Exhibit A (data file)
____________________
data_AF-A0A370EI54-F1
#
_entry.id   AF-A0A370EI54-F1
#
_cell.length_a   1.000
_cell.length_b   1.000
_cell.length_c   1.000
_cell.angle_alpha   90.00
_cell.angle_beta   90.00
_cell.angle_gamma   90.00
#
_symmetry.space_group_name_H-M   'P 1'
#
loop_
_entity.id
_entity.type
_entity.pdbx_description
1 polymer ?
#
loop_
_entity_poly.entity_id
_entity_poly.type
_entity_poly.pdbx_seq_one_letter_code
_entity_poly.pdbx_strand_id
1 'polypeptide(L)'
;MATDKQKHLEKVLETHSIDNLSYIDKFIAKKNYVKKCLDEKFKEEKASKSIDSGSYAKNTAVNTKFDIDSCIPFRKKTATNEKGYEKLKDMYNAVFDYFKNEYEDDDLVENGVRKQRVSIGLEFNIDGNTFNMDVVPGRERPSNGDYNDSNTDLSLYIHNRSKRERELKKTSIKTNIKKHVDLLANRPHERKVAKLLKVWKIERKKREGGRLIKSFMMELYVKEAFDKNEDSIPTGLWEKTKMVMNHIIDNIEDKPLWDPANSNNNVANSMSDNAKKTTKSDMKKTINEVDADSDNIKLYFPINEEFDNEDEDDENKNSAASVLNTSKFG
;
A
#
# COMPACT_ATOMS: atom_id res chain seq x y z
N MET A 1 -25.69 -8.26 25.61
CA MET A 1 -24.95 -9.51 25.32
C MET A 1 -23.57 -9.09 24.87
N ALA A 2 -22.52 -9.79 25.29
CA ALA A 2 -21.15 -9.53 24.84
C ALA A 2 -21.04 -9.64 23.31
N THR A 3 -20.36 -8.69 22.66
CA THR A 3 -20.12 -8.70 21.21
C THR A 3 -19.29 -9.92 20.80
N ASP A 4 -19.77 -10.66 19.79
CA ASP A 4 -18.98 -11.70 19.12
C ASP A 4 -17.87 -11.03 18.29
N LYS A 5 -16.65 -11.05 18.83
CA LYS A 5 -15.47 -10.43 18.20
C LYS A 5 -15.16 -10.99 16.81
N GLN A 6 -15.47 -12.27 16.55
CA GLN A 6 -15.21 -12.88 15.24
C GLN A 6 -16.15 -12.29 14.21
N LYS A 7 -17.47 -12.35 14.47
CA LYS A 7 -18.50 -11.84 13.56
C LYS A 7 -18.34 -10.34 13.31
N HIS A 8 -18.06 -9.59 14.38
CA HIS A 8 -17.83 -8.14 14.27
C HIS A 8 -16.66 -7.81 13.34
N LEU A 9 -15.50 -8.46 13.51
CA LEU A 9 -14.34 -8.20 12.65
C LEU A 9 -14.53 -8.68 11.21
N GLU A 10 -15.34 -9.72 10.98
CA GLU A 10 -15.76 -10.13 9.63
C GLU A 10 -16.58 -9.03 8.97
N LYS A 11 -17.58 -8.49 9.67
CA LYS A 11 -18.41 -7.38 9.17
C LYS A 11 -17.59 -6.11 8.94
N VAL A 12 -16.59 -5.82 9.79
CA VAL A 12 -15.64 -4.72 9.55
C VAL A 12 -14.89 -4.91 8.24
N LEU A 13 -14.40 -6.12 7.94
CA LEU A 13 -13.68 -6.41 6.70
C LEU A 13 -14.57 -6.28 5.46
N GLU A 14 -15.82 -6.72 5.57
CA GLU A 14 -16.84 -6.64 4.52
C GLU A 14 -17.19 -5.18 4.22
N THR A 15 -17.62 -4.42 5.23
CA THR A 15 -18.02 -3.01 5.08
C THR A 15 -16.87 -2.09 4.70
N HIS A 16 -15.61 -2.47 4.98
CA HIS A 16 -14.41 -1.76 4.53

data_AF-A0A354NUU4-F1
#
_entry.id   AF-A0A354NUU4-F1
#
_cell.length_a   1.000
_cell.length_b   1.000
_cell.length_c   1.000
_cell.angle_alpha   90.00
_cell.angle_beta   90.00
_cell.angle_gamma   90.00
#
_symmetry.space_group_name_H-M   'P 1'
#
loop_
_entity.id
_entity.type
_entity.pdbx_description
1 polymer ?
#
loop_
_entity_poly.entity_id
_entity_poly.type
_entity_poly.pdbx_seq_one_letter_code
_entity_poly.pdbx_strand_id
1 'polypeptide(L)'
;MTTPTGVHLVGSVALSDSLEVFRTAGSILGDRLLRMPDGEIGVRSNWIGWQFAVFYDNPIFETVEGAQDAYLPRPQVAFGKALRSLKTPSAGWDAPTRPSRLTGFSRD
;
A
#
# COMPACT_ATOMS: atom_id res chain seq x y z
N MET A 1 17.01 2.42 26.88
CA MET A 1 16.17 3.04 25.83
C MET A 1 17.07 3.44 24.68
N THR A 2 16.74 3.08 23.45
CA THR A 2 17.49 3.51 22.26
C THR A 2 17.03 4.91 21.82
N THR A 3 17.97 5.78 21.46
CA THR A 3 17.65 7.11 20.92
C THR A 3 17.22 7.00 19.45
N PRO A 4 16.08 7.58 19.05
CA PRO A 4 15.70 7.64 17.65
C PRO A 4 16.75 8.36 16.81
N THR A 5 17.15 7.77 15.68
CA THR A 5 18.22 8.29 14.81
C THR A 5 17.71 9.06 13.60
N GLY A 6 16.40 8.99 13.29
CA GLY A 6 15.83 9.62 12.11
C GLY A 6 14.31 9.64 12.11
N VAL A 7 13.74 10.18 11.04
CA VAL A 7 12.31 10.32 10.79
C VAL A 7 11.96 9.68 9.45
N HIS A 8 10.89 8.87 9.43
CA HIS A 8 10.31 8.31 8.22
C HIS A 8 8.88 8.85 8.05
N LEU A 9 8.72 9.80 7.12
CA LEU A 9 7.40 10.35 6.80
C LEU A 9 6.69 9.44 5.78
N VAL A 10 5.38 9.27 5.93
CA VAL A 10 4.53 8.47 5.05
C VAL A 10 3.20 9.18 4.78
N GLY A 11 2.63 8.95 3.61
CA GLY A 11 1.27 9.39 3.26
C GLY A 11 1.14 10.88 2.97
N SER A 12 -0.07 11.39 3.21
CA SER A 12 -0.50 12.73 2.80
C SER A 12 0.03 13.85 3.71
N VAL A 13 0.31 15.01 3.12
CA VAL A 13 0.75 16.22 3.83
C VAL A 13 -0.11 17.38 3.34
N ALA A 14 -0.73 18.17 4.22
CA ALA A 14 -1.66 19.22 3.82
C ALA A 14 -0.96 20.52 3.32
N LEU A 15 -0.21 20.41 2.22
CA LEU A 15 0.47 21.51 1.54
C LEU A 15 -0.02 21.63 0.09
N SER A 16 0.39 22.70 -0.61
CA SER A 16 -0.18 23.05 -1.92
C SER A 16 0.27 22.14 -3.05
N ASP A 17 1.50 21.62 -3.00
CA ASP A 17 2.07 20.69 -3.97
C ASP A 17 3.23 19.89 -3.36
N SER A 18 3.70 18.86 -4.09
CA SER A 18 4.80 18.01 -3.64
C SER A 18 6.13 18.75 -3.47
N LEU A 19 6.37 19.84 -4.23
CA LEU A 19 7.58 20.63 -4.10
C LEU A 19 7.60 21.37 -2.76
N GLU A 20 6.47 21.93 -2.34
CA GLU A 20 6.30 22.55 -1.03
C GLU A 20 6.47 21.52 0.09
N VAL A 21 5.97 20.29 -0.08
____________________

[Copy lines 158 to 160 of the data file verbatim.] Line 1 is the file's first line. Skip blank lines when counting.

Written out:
C ASP A 17 3.23 19.89 -3.36
N SER A 18 3.70 18.86 -4.09
CA SER A 18 4.80 18.01 -3.64